Arata: The Legend volume 16 Manga Review

Arata 16

Review written by CEVS

Title: Arata: The Legend volume 16
Author: Yuu Watase
Distributor: Viz Media/ Shone. Sunday
American release date: December 10th, 2013
Format: Traditional Manga
Genre: Action, Shonen
Publisher Age Rating: T ( for teen)
Review Rating: C
How do you fight something you cannot see?

Arata and his companions are now ready to take on the six sho. His first opponent is Kikutsune. Before they can make him submit, Arata must defeat the five kagura, Kikutsune’s musicians. Since the Sho have taken power, all instruments have been banned. Only the karuga’s instruments, and the treasured “first” instruments exist.

As soon as Arata enters the town, they get a taste of the karuga’s music. A drum beat fills the air, taking the hearing of all who hear it. Arata was listening to his iPod, so he wasn’t effected, but the rest of his party was. When the drum beat stops, Arata hears another sound, a flute. He goes to the source to find a girl playing a homemade flute. She is able to restore the hearing of Arata’s friends. She then takes them to an old woman who tells them about the “first” instruments. They have been scattered, and are all hidden in their own “dungeon”. Arata and his friends have to collect the instruments before they can even think of challenging Kikutsune.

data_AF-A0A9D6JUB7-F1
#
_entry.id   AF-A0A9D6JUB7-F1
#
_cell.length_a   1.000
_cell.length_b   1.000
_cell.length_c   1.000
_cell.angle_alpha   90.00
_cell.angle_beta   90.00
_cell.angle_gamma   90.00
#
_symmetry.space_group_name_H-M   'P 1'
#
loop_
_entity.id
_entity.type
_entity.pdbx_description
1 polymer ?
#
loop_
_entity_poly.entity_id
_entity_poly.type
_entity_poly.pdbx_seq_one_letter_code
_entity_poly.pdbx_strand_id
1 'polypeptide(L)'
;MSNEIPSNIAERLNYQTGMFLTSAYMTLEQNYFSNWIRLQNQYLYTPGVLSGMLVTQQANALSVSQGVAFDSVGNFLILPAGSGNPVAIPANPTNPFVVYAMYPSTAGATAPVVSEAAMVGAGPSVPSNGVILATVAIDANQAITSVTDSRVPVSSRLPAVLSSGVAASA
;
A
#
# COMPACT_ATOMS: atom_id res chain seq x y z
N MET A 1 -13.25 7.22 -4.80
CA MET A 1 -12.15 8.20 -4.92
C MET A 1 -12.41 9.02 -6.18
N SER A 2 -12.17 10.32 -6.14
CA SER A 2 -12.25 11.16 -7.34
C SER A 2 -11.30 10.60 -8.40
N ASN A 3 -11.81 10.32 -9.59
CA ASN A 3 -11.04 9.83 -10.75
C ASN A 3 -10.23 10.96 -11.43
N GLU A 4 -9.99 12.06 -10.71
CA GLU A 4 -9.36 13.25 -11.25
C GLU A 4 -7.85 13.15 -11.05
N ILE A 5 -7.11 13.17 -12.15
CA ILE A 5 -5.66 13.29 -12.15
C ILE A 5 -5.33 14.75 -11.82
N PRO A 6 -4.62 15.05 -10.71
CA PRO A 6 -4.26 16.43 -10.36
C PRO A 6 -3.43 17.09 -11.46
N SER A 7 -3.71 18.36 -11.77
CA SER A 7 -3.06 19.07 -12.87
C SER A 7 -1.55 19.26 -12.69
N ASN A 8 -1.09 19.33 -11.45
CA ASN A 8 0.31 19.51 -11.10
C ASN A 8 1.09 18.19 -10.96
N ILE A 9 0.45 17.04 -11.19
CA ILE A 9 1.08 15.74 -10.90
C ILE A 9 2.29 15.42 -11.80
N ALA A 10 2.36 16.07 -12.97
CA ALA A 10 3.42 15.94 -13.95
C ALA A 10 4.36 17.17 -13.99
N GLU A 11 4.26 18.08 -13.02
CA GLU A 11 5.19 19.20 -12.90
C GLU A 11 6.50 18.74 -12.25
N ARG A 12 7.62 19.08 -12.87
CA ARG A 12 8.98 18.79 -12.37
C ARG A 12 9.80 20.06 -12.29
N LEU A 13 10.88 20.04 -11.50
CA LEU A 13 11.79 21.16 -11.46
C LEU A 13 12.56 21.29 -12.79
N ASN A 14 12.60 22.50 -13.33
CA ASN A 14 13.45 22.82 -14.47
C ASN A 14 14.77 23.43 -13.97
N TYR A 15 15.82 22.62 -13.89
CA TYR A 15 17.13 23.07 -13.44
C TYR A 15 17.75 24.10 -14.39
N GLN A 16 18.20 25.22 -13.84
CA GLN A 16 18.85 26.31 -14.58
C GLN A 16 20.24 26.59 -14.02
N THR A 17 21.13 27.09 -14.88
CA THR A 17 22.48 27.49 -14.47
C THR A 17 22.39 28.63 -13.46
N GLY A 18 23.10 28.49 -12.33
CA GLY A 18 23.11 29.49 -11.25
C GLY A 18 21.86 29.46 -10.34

We’re down to the final stretch. And I mean stretch. We now have to wait for Arata to find five instruments and defeat the karuga before he can even think about the first sho. I was looking forward to the first sho battle, so I can see how strong Arata has really become, but this new mission just seems redundant. I get why Yuu Watase is doing it, but I think this is going a little too far. Luckily, this only lasts this one volume, and by the end of it we’re back on track.

I’ve always liked music, and I thought that fighting with music was kind of a cool concept. When it comes to manga however, I thought it was going to be a little too difficult to illustrate music in a way that wasn’t confusing or cluttered the page. That wasn’t the case here. Showing the characters holding or playing the instruments really helped get the point across that they were fighting with sound and not a physical weapon. I would’ve actually really enjoyed the battles if it wasn’t for the fact that most of the protagonists ended up losing most of their clothing by the end of the battle. It was very distracting and made the whole thing almost feel like a joke.

The thing that I found most interesting was at the very end of the volume there was a couple of pages of original concept art for the different personifications of the weapons.  You really could get a good look at them,  which was kind of cool.

Overall grade: C
The series is far enough along that it needs to get a little more serious. However, I did enjoy some of the new fighting concepts in this volume.

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